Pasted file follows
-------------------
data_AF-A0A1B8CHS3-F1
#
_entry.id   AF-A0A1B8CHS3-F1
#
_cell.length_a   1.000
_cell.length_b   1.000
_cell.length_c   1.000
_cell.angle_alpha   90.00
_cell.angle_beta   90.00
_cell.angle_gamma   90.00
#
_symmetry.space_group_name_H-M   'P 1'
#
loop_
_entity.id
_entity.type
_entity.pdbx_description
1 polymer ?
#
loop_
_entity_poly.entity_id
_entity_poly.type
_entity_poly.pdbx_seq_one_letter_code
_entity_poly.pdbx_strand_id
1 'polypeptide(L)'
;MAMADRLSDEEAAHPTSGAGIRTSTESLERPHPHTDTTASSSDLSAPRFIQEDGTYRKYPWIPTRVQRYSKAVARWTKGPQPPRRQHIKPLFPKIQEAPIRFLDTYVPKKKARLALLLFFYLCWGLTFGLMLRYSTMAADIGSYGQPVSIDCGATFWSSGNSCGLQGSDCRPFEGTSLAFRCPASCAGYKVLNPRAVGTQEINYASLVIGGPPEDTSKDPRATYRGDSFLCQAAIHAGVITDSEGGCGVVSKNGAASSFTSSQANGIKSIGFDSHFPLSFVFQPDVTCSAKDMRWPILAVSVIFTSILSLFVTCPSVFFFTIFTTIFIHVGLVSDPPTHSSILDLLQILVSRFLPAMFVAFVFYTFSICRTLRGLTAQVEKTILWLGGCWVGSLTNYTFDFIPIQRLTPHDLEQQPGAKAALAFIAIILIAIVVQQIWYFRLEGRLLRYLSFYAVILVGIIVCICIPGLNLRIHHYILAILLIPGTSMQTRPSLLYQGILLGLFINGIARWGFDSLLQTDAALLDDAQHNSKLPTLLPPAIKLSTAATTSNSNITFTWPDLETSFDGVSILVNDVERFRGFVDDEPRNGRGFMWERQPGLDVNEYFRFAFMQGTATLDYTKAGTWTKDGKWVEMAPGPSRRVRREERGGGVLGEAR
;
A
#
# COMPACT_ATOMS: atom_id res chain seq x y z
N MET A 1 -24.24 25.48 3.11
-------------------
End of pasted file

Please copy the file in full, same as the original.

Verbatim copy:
data_AF-A0A1B8CHS3-F1
#
_entry.id   AF-A0A1B8CHS3-F1
#
_cell.length_a   1.000
_cell.length_b   1.000
_cell.length_c   1.000
_cell.angle_alpha   90.00
_cell.angle_beta   90.00
_cell.angle_gamma   90.00
#
_symmetry.space_group_name_H-M   'P 1'
#
loop_
_entity.id
_entity.type
_entity.pdbx_description
1 polymer ?
#
loop_
_entity_poly.entity_id
_entity_poly.type
_entity_poly.pdbx_seq_one_letter_code
_entity_poly.pdbx_strand_id
1 'polypeptide(L)'
;MAMADRLSDEEAAHPTSGAGIRTSTESLERPHPHTDTTASSSDLSAPRFIQEDGTYRKYPWIPTRVQRYSKAVARWTKGPQPPRRQHIKPLFPKIQEAPIRFLDTYVPKKKARLALLLFFYLCWGLTFGLMLRYSTMAADIGSYGQPVSIDCGATFWSSGNSCGLQGSDCRPFEGTSLAFRCPASCAGYKVLNPRAVGTQEINYASLVIGGPPEDTSKDPRATYRGDSFLCQAAIHAGVITDSEGGCGVVSKNGAASSFTSSQANGIKSIGFDSHFPLSFVFQPDVTCSAKDMRWPILAVSVIFTSILSLFVTCPSVFFFTIFTTIFIHVGLVSDPPTHSSILDLLQILVSRFLPAMFVAFVFYTFSICRTLRGLTAQVEKTILWLGGCWVGSLTNYTFDFIPIQRLTPHDLEQQPGAKAALAFIAIILIAIVVQQIWYFRLEGRLLRYLSFYAVILVGIIVCICIPGLNLRIHHYILAILLIPGTSMQTRPSLLYQGILLGLFINGIARWGFDSLLQTDAALLDDAQHNSKLPTLLPPAIKLSTAATTSNSNITFTWPDLETSFDGVSILVNDVERFRGFVDDEPRNGRGFMWERQPGLDVNEYFRFAFMQGTATLDYTKAGTWTKDGKWVEMAPGPSRRVRREERGGGVLGEAR
;
A
#
# COMPACT_ATOMS: atom_id res chain seq x y z
N MET A 1 -24.24 25.48 3.11